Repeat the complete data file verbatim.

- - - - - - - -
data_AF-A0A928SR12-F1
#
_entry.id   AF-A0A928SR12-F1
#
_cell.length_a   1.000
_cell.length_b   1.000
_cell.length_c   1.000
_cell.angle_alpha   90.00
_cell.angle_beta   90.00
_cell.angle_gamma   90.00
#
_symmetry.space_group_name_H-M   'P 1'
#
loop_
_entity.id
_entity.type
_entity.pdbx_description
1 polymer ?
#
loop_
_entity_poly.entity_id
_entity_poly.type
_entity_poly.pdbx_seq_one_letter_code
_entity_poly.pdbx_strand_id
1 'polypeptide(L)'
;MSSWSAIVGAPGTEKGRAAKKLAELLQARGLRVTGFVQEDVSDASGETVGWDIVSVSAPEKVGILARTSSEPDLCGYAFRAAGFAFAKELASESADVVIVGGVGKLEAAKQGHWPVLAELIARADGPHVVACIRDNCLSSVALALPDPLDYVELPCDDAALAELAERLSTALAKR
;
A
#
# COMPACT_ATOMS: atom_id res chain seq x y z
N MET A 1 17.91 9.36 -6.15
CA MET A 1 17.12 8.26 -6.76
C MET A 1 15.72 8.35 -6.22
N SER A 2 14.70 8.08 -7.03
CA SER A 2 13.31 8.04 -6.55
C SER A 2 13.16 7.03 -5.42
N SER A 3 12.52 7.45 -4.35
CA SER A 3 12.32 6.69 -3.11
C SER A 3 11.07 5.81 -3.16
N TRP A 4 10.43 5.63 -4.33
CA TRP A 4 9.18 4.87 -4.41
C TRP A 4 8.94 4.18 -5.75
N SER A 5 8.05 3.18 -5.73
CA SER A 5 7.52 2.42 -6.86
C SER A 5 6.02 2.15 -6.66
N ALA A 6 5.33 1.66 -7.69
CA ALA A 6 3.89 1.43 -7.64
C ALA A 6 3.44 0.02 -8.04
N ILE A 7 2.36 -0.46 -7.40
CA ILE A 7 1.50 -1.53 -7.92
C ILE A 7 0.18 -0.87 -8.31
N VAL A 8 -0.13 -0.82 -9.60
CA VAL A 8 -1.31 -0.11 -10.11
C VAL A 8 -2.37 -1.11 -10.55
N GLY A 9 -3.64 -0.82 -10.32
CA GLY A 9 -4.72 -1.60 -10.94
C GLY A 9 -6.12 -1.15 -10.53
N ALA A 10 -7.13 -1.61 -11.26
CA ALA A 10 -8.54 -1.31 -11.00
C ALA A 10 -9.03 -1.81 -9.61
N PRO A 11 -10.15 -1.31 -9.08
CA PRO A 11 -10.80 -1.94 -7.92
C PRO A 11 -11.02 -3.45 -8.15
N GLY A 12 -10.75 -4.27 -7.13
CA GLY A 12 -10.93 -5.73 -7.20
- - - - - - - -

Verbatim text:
data_AF-A0A928SR12-F1
#
_entry.id   AF-A0A928SR12-F1
#
_cell.length_a   1.000
_cell.length_b   1.000
_cell.length_c   1.000
_cell.angle_alpha   90.00
_cell.angle_beta   90.00
_cell.angle_gamma   90.00
#
_symmetry.space_group_name_H-M   'P 1'
#
loop_
_entity.id
_entity.type
_entity.pdbx_description
1 polymer ?
#
loop_
_entity_poly.entity_id
_entity_poly.type
_entity_poly.pdbx_seq_one_letter_code
_entity_poly.pdbx_strand_id
1 'polypeptide(L)'
;MSSWSAIVGAPGTEKGRAAKKLAELLQARGLRVTGFVQEDVSDASGETVGWDIVSVSAPEKVGILARTSSEPDLCGYAFRAAGFAFAKELASESADVVIVGGVGKLEAAKQGHWPVLAELIARADGPHVVACIRDNCLSSVALALPDPLDYVELPCDDAALAELAERLSTALAKR
;
A
#
# COMPACT_ATOMS: atom_id res chain seq x y z
N MET A 1 17.91 9.36 -6.15
CA MET A 1 17.12 8.26 -6.76
C MET A 1 15.72 8.35 -6.22
N SER A 2 14.70 8.08 -7.03
CA SER A 2 13.31 8.04 -6.55
C SER A 2 13.16 7.03 -5.42
N SER A 3 12.52 7.45 -4.35
CA SER A 3 12.32 6.69 -3.11
C SER A 3 11.07 5.81 -3.16
N TRP A 4 10.43 5.63 -4.33
CA TRP A 4 9.18 4.87 -4.41
C TRP A 4 8.94 4.18 -5.75
N SER A 5 8.05 3.18 -5.73
CA SER A 5 7.52 2.42 -6.86
C SER A 5 6.02 2.15 -6.66
N ALA A 6 5.33 1.66 -7.69
CA ALA A 6 3.89 1.43 -7.64
C ALA A 6 3.44 0.02 -8.04
N ILE A 7 2.36 -0.46 -7.40
CA ILE A 7 1.50 -1.53 -7.92
C ILE A 7 0.18 -0.87 -8.31
N VAL A 8 -0.13 -0.82 -9.60
CA VAL A 8 -1.31 -0.11 -10.11
C VAL A 8 -2.37 -1.11 -10.55
N GLY A 9 -3.64 -0.82 -10.32
CA GLY A 9 -4.72 -1.60 -10.94
C GLY A 9 -6.12 -1.15 -10.53
N ALA A 10 -7.13 -1.61 -11.26
CA ALA A 10 -8.54 -1.31 -11.00
C ALA A 10 -9.03 -1.81 -9.61
N PRO A 11 -10.15 -1.31 -9.08
CA PRO A 11 -10.80 -1.94 -7.92
C PRO A 11 -11.02 -3.45 -8.15
N GLY A 12 -10.75 -4.27 -7.13
CA GLY A 12 -10.93 -5.73 -7.20